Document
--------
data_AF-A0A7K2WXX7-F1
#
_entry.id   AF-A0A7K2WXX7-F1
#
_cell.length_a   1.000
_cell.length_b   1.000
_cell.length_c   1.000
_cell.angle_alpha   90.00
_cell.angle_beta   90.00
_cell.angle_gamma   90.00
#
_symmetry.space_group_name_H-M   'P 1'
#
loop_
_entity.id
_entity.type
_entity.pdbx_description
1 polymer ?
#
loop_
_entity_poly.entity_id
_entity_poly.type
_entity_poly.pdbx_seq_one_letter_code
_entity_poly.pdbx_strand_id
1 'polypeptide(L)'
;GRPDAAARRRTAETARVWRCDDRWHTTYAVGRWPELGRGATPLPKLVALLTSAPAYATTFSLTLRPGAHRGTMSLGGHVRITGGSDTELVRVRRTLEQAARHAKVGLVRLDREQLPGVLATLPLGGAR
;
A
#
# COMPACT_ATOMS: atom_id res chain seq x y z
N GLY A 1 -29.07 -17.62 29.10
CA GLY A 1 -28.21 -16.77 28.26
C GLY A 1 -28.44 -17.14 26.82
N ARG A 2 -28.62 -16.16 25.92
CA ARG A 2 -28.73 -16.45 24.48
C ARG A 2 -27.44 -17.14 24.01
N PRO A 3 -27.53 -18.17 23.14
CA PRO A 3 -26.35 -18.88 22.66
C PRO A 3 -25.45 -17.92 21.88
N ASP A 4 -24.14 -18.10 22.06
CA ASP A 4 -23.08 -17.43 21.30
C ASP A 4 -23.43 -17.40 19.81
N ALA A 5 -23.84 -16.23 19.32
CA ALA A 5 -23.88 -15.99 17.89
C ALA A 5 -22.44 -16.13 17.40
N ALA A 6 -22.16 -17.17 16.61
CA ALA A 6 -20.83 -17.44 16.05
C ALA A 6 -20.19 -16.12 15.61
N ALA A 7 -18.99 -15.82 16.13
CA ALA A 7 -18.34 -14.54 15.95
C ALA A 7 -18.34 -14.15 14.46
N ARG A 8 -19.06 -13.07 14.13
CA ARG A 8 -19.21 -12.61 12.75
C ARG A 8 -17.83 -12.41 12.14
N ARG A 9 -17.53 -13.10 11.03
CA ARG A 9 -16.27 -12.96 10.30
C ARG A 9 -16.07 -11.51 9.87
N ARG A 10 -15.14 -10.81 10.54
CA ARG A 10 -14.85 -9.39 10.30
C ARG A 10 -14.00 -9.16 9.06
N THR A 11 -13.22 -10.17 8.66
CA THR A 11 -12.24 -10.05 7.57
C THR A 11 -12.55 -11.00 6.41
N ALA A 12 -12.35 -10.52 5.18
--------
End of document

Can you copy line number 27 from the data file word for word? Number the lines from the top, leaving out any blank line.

;